Growth prospects have led to an increase in the number of retail supplier licenses granted, with the greatest number of new entrants in Ohio, Pennsylvania, and Illinois. "These increases are due to a combination of favorable retail margins, pro-competition policies, and opt-out municipal aggregation opportunities," Kristie Deiuliis, report author and principal consultant for DNV KEMA's Retail Energy Markets Advisory Service, observed.
DNV KEMA projects a 6.6 percent compound annual growth rate (CAGR) in the total U.S. competitive market over the next two years, and flat to modest growth (1.7% CAGR) in the following years due to increased upward pressure on power prices. By 2017, DNV KEMA forecasts non-residential competitive sales to reach 622 TWh, a growth of 51 TWh from 2012. More than half (57%) of this growth is expected to occur in the next two years.
Overall, DNV KEMA estimates that the total competitive sales reached 740 TWh in 2012, representing 56 percent of the eligible market, and 20 percent of all U.S. power sales. In 2013, DNV KEMA expects that competitive sales volume will increase by 26 TWh, or 3% from 2012.
For 2014 and beyond, a considerably slower growth rate of 1.3% CAGR is forecasted, with non-residential markets returning to the driver's seat in competitive retail sales. "After 2014, we expect residential markets will be flat or slightly declining," Deiuliis said. Yet, some markets such as Illinois, Maine, and New Hampshire will continue to grow at a rapid pace. "We do not expect markets that have shown growth the last few years to retrench."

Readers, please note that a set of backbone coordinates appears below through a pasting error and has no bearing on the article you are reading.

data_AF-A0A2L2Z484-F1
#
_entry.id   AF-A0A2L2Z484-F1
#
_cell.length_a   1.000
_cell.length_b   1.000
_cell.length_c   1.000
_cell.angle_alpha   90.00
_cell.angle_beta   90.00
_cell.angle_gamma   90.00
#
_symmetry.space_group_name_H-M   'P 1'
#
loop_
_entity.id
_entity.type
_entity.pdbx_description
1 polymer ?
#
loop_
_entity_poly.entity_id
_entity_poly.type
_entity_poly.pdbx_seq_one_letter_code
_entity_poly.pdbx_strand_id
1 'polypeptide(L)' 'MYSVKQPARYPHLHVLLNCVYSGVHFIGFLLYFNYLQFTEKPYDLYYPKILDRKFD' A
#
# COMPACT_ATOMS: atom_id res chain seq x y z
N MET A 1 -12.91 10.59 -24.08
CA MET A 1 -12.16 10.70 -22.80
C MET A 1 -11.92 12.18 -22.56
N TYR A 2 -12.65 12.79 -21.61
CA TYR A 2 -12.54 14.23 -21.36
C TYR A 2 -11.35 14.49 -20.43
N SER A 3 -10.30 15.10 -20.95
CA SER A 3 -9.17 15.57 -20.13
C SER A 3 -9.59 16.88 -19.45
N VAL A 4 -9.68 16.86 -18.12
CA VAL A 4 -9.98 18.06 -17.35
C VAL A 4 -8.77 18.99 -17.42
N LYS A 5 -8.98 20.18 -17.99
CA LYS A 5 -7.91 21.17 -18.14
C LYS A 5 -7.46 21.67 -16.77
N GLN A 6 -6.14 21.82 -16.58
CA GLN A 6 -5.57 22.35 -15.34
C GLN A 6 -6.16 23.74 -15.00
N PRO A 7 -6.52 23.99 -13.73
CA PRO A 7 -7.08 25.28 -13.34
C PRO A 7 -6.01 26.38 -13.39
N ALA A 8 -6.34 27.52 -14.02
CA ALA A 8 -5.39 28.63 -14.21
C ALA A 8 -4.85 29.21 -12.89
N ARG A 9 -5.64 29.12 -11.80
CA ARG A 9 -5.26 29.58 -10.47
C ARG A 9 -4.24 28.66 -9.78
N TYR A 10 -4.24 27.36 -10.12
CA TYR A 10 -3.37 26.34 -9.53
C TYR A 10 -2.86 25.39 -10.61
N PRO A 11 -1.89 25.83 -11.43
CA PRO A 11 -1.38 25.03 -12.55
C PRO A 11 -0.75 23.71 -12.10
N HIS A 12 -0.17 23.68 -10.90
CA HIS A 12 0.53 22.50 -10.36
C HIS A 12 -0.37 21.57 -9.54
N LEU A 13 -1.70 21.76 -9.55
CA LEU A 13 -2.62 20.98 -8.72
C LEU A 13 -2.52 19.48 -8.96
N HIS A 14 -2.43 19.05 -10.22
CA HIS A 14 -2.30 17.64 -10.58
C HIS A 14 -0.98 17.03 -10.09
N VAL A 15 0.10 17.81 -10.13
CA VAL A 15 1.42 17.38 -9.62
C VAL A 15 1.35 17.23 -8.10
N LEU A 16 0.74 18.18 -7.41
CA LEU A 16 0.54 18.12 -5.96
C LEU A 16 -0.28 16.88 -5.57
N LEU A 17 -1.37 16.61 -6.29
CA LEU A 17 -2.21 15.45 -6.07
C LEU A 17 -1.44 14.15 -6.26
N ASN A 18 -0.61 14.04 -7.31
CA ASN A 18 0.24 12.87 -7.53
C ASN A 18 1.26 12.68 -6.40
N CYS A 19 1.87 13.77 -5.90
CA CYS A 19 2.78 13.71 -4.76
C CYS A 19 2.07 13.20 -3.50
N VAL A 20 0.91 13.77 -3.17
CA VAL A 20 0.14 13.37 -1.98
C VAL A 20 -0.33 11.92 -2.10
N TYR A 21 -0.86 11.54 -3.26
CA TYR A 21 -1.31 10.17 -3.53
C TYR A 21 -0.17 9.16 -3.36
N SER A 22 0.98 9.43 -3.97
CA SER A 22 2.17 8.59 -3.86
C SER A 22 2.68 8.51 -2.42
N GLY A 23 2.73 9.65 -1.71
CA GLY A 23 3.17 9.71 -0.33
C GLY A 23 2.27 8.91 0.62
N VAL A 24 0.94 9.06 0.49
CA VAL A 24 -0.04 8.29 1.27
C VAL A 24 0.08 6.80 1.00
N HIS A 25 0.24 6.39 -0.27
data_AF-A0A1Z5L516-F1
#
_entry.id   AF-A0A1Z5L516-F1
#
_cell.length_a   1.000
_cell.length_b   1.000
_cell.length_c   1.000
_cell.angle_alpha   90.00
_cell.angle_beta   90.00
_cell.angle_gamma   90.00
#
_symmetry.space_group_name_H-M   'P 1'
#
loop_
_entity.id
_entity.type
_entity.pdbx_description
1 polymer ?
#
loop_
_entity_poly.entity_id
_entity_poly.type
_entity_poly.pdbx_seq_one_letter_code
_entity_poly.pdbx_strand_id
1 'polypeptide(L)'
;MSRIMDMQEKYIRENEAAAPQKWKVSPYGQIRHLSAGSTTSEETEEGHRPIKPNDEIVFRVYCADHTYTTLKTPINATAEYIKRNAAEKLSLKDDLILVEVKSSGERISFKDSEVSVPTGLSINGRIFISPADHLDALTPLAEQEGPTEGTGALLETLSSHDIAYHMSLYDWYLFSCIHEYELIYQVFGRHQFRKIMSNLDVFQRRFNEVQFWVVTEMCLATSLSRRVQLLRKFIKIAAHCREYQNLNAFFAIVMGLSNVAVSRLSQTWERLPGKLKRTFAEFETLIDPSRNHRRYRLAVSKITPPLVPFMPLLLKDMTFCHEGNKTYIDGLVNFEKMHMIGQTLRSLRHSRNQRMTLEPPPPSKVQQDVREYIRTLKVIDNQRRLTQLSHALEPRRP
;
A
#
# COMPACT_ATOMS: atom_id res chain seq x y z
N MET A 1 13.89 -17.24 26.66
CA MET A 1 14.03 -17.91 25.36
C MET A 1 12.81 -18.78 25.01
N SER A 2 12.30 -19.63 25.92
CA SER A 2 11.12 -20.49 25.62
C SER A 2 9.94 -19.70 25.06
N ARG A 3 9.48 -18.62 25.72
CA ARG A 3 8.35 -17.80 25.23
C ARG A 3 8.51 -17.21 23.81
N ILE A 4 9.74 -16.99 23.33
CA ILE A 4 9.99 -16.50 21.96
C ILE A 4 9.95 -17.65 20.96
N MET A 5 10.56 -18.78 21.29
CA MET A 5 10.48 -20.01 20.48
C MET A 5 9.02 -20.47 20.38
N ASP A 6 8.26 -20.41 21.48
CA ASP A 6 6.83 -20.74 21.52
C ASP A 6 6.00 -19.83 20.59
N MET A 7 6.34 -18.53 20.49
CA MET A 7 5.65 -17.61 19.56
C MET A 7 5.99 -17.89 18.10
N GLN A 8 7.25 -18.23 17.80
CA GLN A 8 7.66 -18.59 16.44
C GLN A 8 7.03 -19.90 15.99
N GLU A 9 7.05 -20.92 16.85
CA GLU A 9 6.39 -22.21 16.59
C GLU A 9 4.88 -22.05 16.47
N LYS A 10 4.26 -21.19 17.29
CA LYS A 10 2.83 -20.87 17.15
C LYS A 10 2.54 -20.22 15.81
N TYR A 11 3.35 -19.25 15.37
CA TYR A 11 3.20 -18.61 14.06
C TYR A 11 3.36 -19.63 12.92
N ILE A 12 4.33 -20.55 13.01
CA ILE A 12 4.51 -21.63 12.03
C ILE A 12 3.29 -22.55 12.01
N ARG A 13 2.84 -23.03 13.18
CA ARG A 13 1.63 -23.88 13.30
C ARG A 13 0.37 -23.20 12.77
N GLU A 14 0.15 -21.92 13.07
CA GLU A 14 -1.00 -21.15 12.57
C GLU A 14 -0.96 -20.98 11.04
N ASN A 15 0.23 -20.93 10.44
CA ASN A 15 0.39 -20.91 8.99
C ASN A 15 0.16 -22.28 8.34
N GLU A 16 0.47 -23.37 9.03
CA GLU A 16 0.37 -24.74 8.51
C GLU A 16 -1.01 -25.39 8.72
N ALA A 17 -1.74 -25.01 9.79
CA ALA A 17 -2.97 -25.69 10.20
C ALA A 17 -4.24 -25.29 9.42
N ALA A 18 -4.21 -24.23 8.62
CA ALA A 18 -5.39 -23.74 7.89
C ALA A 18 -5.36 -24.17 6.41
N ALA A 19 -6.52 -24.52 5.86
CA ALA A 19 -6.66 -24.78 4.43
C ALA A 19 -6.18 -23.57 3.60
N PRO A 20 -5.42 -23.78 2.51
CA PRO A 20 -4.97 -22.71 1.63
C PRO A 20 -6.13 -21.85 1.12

About DNV KEMA Energy & Sustainability
DNV KEMA's Retail Energy Practice provides a wide range of strategic and technical consulting services to organizations involved in competitive power and gas markets. DNV KEMA's Retail Energy Advisory Service provides a current, detailed knowledge base of the opportunities and risks in competitive markets. DNV KEMA also leads an industry benchmarking collaborative that develops performance data and comparative analysis for retail suppliers. DNV KEMA's assignments range from strategic planning and market analysis to operational gap analysis and process improvement to customer research and product design.
DNV KEMA Energy & Sustainability, with more than 2,300 experts in over 30 countries around the world, is committed to driving the global transition toward a safe, reliable, efficient, and clean energy future. With a heritage of nearly 150 years, we specialize in providing world-class, innovative solutions in the fields of business & technical consultancy, testing, inspections & certification, risk management, and verification. As an objective and impartial knowledge-based company, we advise and support organizations along the energy value chain: producers, suppliers & end-users of energy, equipment manufacturers, as well as government bodies, corporations and non-governmental organizations. DNV KEMA Energy & Sustainability is part of DNV, a global provider of services for managing risk with more than 10,000 employees in over 100 countries. For more information on DNV KEMA Energy & Sustainability, visit www.dnvkema.com.